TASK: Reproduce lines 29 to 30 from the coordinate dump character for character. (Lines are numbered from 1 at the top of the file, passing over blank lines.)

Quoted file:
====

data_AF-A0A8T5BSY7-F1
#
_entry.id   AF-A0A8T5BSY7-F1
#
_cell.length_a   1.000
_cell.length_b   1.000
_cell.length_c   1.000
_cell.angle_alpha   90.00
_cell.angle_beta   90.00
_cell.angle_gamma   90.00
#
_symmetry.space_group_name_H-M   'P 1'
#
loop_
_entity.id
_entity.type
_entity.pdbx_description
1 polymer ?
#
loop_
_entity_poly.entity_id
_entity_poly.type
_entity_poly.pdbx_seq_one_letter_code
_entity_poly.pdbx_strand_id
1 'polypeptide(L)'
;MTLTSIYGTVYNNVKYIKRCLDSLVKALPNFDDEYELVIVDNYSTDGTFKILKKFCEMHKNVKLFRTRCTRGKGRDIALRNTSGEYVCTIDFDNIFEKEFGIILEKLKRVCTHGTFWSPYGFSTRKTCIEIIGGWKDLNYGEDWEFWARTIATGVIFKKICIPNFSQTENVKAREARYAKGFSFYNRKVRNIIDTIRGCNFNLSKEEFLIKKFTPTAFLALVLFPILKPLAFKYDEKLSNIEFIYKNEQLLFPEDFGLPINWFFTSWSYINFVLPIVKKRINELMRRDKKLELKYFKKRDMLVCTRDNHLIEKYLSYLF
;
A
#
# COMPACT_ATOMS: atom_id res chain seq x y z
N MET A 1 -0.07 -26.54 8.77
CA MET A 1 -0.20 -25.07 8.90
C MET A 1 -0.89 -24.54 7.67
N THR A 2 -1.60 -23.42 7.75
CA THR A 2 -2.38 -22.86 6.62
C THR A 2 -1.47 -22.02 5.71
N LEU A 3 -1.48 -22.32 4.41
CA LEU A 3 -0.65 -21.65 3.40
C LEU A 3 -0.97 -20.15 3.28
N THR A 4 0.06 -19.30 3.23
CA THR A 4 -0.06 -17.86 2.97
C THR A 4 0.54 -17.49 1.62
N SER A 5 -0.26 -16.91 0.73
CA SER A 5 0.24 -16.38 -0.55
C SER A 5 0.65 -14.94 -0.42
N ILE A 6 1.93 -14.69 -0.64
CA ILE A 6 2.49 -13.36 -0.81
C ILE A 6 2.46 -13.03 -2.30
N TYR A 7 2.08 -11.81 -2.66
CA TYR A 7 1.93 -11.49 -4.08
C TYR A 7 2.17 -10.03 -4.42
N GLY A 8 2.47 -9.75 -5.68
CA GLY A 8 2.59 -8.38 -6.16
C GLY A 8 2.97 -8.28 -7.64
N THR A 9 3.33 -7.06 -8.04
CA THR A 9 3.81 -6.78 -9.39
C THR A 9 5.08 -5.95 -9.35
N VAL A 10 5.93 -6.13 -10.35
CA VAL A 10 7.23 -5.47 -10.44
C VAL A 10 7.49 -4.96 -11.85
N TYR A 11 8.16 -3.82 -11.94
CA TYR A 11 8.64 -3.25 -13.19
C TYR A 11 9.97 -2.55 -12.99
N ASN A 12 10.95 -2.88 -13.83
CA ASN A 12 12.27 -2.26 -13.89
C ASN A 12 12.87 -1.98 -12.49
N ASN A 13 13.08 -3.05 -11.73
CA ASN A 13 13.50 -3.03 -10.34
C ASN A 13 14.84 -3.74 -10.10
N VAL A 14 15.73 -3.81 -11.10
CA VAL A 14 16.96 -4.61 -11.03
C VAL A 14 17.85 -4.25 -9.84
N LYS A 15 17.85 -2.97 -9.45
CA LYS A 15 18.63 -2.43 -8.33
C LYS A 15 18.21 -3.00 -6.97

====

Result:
#
# COMPACT_ATOMS: atom_id res chain seq x y z